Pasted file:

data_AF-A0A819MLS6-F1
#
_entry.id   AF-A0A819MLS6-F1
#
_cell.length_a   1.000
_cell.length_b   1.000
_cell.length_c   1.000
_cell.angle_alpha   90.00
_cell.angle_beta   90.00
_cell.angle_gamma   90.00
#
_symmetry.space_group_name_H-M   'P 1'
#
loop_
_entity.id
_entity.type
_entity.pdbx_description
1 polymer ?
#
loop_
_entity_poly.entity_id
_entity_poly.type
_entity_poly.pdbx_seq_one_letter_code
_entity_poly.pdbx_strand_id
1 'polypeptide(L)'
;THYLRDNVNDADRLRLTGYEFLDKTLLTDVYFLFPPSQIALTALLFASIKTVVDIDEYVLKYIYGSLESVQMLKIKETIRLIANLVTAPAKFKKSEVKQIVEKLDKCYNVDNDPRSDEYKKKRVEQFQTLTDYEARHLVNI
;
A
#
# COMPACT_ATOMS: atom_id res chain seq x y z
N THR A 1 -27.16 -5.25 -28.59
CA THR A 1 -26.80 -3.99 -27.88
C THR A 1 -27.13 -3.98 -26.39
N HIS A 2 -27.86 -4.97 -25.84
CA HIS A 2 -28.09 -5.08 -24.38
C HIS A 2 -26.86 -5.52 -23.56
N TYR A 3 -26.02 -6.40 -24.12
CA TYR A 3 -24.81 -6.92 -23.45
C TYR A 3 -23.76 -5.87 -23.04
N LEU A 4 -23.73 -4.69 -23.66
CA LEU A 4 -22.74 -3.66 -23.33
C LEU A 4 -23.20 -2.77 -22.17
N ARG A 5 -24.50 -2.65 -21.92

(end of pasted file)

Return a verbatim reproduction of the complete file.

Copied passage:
data_AF-A0A819MLS6-F1
#
_entry.id   AF-A0A819MLS6-F1
#
_cell.length_a   1.000
_cell.length_b   1.000
_cell.length_c   1.000
_cell.angle_alpha   90.00
_cell.angle_beta   90.00
_cell.angle_gamma   90.00
#
_symmetry.space_group_name_H-M   'P 1'
#
loop_
_entity.id
_entity.type
_entity.pdbx_description
1 polymer ?
#
loop_
_entity_poly.entity_id
_entity_poly.type
_entity_poly.pdbx_seq_one_letter_code
_entity_poly.pdbx_strand_id
1 'polypeptide(L)'
;THYLRDNVNDADRLRLTGYEFLDKTLLTDVYFLFPPSQIALTALLFASIKTVVDIDEYVLKYIYGSLESVQMLKIKETIRLIANLVTAPAKFKKSEVKQIVEKLDKCYNVDNDPRSDEYKKKRVEQFQTLTDYEARHLVNI
;
A
#
# COMPACT_ATOMS: atom_id res chain seq x y z
N THR A 1 -27.16 -5.25 -28.59
CA THR A 1 -26.80 -3.99 -27.88
C THR A 1 -27.13 -3.98 -26.39
N HIS A 2 -27.86 -4.97 -25.84
CA HIS A 2 -28.09 -5.08 -24.38
C HIS A 2 -26.86 -5.52 -23.56
N TYR A 3 -26.02 -6.40 -24.12
CA TYR A 3 -24.81 -6.92 -23.45
C TYR A 3 -23.76 -5.87 -23.04
N LEU A 4 -23.73 -4.69 -23.66
CA LEU A 4 -22.74 -3.66 -23.33
C LEU A 4 -23.20 -2.77 -22.17
N ARG A 5 -24.50 -2.65 -21.92